Self-perceived adult identity is based on the following survey question asked in Wave III: “How often do you think of yourself as an adult?” (0=never; 1= seldom; 2=sometimes; 3=most of the time; 4=all of the time). We measure self-perceived adult identity as a dichotomous variable coded “1” if a respondent reported feeling like an adult “all of the time” otherwise “0”. Descriptive statistics for adult identity and other study measures appear in Table 1. Just under half of young people reported feeling like an adult all of the time. The validity of this measure is demonstrated through relationships to theoretically relevant developmental characteristics, such as independence and maturity, and to adult role behaviors such as financial independence, leaving school, starting full-time work, and family formation (Johnson et al., 2007).
Family structure is measured in this analysis as a six-category variable: two biological parents, “step-families” (including all families with a biological parent and the parent’s spouse or cohabiting partnerii), “adoptive” two-parent familiesiii (including all other two parent families types such as two adoptive or foster parents), single biological mother families, single biological father families, and “all other” families (including a diverse array of single, non-biological parent family types).
Our measures of family resources include family income and parent education. The natural log of family income is a continuous measure based on parents’ self-reports. Parent educational attainment is measured by the highest of mothers’ and fathers’ educational attainments (1=completed 8th grade or less; 8=graduate or professional training). When only one parent’s educational attainment was available, it serves as the final value, and when neither was available, we substitute students’ reports. We control respondents’ number of siblings, top-coded at 4, which arguably influences the amount of resources available to the adolescent within the family.
We consider several dimensions of family process. Parent-adolescent conflict is coded “1” if a respondent reported having an argument with either parent in the past four weeks, otherwise “0”. No measure capturing a higher degree of conflict was available. Parent-adolescent closeness is the mean response to five items (0=low to 4=high) that asked adolescents about the closeness, satisfaction, warmth, caring, and communication in relationships with their parents (alpha=0.83). We first created separate scales for closeness to residential mother and to residential father (using information for a non-residential parent only when information for a residential parent was missing). When measures of closeness to mother and father were both available, we select the least close because we anticipate that the presence of a poor relationship might affect family dynamics even if the adolescent also had a close relationship with another parent (Cooney & Mortimer, 1999).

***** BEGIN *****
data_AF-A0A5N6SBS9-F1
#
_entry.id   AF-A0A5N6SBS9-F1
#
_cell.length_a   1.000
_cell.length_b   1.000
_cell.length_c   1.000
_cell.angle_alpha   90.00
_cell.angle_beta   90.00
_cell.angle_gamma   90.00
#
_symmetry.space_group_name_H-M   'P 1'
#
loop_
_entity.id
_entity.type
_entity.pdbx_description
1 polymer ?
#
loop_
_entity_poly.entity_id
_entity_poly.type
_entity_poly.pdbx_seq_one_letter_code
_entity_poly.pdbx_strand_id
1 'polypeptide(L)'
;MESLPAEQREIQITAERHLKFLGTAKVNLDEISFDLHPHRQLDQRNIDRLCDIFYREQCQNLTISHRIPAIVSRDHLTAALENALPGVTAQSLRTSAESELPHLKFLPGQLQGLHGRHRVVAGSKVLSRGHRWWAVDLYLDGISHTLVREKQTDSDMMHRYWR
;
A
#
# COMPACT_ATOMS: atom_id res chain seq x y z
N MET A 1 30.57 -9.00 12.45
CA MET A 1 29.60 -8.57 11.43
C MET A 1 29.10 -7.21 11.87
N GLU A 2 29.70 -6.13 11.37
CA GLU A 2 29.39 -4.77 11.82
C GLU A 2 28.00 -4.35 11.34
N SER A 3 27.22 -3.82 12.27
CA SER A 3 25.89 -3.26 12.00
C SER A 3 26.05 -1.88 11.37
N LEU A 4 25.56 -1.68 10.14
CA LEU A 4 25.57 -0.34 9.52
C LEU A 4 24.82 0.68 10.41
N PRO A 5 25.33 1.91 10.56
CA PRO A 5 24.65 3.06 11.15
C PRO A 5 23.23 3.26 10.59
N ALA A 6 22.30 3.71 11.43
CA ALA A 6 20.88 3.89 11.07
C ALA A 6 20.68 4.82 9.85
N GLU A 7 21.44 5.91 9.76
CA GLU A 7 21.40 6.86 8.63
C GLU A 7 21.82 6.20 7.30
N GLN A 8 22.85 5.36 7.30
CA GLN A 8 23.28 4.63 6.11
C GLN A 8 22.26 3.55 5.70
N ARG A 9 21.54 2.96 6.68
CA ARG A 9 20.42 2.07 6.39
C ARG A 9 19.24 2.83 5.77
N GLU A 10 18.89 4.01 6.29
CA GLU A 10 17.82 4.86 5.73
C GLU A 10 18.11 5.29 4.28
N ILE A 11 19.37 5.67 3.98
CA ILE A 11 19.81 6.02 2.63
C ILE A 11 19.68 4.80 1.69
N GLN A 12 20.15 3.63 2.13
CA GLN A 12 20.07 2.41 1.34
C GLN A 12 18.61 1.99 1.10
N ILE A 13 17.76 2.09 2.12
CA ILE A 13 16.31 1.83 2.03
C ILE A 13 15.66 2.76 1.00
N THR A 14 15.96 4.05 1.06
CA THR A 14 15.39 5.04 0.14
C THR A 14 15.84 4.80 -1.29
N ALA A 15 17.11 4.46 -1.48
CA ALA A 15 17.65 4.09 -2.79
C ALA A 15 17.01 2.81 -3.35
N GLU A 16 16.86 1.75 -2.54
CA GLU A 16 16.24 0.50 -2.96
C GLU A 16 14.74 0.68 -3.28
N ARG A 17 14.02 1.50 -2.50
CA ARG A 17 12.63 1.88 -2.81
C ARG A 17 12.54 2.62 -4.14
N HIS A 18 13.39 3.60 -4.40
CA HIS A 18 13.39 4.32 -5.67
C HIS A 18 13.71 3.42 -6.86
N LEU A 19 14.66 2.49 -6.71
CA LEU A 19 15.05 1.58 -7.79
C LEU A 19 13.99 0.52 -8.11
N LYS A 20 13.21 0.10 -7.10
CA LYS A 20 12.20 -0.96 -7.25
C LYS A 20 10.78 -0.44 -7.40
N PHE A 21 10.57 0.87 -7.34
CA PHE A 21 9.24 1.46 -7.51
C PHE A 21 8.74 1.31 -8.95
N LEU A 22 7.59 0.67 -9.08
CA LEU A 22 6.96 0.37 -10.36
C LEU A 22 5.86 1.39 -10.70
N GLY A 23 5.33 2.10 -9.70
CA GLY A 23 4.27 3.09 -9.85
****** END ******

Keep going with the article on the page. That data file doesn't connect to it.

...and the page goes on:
We measure parental monitoring with indicators of parental control and presence. Parental control is an additive index ranging from 0 to 7 (alpha=0.63), and it is based on seven items that asked adolescents if their parents allowed them to make their own decisions regarding 1) weekend curfew, 2) friends, 3) clothes, 4) amount of television watching, 5) TV show selection, 6) weeknight bedtime, and 7) what food to eat. Each item is reverse coded so that higher values indicated greater parental control. Parental presence (see Sweeney, 2007; Cavanagh, forthcoming) is an additive index ranging from 0 to 4, and it is based on whether at least one parent was present in the home most or all of the time the adolescent went to school in the morning, came home from school in the afternoon, ate evening meals (5–7 dinners a week), and went to bed at night (alpha=0.36).
Social position within the family is captured in this analysis by examining peer-like communication between parents and adolescents. Peer-like communication is a dichotomous measure based on whether adolescents report talking with at least one of their parents about intimate issues they would typically talk about with their peers, including personal problems, people they are dating, and/or parties they go to. We contend that in families with more hierarchical parent-adolescent relationships adolescents would be less likely to freely discuss such intimate details of their lives.
Finally, we use participation in household chores as a proxy for shared responsibility within the household. Household responsibility is based on the number of times in the past week adolescents did “work around the house, such as cleaning, cooking, laundry, or caring for a pet” (0=not at all to 4=5 or more times).
We also include several demographic controls in our analysis, including racial/ethnic group, age, and sex. Race/ethnicity is measured by self-report and distinguished by 5 major groups: Hispanic American, non-Hispanic white, non-Hispanic black, Asian American, and Native American or other race. Age is measured in years at Wave III, and sex is dichotomous variable coded “1” for male and “0” for female. We also considered birth order, but as it was not related to adult identity, we exclude it here.